The anti-vaxxers were out again this week, spreading misinformation and debunked science about an intervention that’s saved millions of lives and prevented immeasurable human suffering. It’s unconscionable.
That person is Robert F. Kennedy Jr., who — to repeat — is not a doctor, not a scientist, not a public health practitioner, not an expert in vaccinology. Regardless, he told the press earlier this year that President Trump had asked him to chair a vaccine safety commission, even though the country already has one of those — it’s called the Advisory Committee on Immunization Practices and its members are actual scientific experts. The U.S. Food and Drug Administration has a vaccine safety committee too. Well, Kennedy was back this week, telling reporters he was still in contact with the Trump administration about forming that “commission” (quotes mine and on purpose). In addition, he and actor Robert De Niro announced a fun new $100,000 challenge to “prove” (again, quotes mine and on purpose) vaccines are safe. Here’s a report from Salon:
Kennedy on Wednesday announced at a press conference the formation of the World Mercury Project that will “pay $100,000 to the first journalist, or other individual, who can find a peer-reviewed scientific study demonstrating that thimerosal is safe in the amounts contained in vaccines currently being administered to American children and pregnant women,” according to a press release. Kennedy believes “’a meager effort at homework’” will expose that contention as unsupported by science,” according to the release.
Of course, a quick visit to the Centers for Disease Control and Prevention and you’ll find that thimerosal was taken out of childhood vaccines in 2001. In fact, the measles-mumps-rubella vaccine never even contained the preservative. And even after thimerosal was eliminated from child vaccines, rates of autism continued to go up. But, Kennedy doesn’t seem to have much respect for CDC, defaming its character and the dedicated public health workers who work to protect this country from disease. (I’ve been reporting on and interviewing federal, state and local public health workers for more than 15 years and I can say, without reservation, that they are driven by science and the desire to prevent human suffering. There is no great glory and profit to public health work.) But here’s what Kennedy thinks of our nation’s top public health agency, courtesy BuzzFeed News:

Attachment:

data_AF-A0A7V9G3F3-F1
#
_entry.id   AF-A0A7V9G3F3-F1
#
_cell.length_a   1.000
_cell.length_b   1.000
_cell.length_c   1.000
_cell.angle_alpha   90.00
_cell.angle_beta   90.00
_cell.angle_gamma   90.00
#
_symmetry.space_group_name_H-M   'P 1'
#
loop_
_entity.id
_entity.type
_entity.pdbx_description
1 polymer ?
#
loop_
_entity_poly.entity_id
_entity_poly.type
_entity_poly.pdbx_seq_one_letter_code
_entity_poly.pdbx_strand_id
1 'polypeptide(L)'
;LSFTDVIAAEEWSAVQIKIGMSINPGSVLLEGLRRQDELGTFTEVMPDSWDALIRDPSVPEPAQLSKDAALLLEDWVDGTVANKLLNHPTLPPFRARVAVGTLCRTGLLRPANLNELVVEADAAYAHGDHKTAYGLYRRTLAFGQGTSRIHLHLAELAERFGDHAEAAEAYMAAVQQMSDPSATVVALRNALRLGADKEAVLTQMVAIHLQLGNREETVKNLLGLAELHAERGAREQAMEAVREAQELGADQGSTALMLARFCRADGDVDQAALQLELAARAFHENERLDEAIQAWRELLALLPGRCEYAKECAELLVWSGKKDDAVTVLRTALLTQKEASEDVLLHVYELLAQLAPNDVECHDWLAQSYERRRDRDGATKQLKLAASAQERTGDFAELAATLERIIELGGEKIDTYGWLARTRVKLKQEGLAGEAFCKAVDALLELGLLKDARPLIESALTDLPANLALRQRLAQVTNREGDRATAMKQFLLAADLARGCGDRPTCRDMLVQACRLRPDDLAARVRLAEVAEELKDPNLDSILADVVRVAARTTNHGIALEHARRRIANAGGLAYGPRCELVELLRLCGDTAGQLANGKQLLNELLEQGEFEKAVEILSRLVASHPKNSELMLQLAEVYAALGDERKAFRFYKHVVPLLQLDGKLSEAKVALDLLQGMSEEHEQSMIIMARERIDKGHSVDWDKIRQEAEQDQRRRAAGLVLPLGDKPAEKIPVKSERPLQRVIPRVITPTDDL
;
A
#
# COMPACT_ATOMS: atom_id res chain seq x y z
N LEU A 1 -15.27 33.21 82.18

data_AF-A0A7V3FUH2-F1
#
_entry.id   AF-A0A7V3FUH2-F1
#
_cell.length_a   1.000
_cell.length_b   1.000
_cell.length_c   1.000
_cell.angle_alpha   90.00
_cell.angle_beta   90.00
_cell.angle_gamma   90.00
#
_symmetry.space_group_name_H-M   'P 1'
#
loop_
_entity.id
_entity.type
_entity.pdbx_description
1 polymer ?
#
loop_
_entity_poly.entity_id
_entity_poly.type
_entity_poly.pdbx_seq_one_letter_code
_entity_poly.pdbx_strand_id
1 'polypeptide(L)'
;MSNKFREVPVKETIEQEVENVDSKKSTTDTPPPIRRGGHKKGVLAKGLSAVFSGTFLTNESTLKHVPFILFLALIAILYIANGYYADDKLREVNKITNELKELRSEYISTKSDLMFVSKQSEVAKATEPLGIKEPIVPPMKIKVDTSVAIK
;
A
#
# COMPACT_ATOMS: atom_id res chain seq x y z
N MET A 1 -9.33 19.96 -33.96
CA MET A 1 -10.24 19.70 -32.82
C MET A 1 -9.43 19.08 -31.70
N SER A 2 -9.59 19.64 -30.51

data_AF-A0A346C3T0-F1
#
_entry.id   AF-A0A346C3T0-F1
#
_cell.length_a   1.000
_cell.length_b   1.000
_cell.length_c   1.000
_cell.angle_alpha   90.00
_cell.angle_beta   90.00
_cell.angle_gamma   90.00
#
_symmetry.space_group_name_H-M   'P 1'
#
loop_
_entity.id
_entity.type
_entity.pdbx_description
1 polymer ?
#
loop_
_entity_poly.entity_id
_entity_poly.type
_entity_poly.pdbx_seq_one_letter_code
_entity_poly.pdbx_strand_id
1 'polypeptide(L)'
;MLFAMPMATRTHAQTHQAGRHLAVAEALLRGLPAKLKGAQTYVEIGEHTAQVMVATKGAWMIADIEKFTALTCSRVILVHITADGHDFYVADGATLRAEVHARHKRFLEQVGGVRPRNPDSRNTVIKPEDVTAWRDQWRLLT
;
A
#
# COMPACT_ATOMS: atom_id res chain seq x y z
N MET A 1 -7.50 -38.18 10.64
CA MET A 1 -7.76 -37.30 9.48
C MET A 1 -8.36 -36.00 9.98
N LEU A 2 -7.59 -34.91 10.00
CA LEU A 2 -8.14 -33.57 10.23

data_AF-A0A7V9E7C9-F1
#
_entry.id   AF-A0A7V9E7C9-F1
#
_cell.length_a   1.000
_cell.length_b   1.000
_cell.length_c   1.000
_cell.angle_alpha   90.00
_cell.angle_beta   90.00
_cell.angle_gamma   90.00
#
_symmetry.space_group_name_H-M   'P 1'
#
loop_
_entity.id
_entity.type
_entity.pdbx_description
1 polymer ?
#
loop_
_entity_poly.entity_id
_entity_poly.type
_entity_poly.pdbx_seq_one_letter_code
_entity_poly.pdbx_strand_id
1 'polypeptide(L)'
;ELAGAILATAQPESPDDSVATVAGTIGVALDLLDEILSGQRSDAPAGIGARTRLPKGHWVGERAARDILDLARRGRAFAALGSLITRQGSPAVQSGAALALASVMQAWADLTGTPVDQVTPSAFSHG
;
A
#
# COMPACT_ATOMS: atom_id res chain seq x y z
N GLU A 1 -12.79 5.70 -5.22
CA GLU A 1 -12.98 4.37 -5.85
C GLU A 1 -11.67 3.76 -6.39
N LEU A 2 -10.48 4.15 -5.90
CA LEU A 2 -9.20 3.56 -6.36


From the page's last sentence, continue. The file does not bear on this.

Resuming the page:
But in a panel discussion at the National Press Club in Washington D.C. on Wednesday that included the actor Robert De Niro, Kennedy argued that the Centers of Disease Control and Prevention, in cahoots with journalists, have been denying the dangers of vaccines, fueled largely by money pumped in by a powerful pharmaceutical industry. He called the public health agency a “cesspool of corruption” and “a vaccine company,” that hid science from the public.
I have no words. Thankfully, hundreds of public health, medical and advocacy groups do. In a Feb. 7 letter to Trump, the organizations conveyed their “unequivocal” support for vaccines, attaching a list of studies demonstrating the safety of vaccines for Trump’s reference. In their own words:
Put simply: Vaccines are safe. Vaccines are effective. Vaccines save lives. Our organizations welcome the opportunity to meet with you to share the robust, extensive scientific evidence supporting vaccine safety and effectiveness.
I truly hope the president takes them up on their offer.
P.S. Regarding that $100,000 challenge…
It's actually not that much money when you split it between 7 billion people who don't have polio https://t.co/Y3sUFyioie
— Jordan Ellenberg (@JSEllenberg) February 16, 2017
Kim Krisberg is a freelance public health writer living in Austin, Texas, and has been writing about public health for 15 years.
3 thoughts on “‘Vaccines are safe. Vaccines are effective. Vaccines save lives.’”
The two bobbies are in a susceptible age group for getting Shingles. Maybe they can skip their Shingles vaccine shot so that they can increase their odds of learning first hand about the benefits of vaccines. I am not one to encourage pain and suffering, but a bout with a painful disease that can be prevented by a vaccine might get them to reconsider a position which threatens to cause far more pain, suffering, and death then they are apparently capable of grasping.
In response to #1, are you aware that a person can get shingles from the vaccine? Here’s what the package insert states: “transmission of vaccine virus may occur between vaccines and susceptible contacts.” And who are “susceptible contacts”? Anyone who’s immune system is compromised, cancer treatment patients and those on immunosuppresant drugs. Lots of people out there.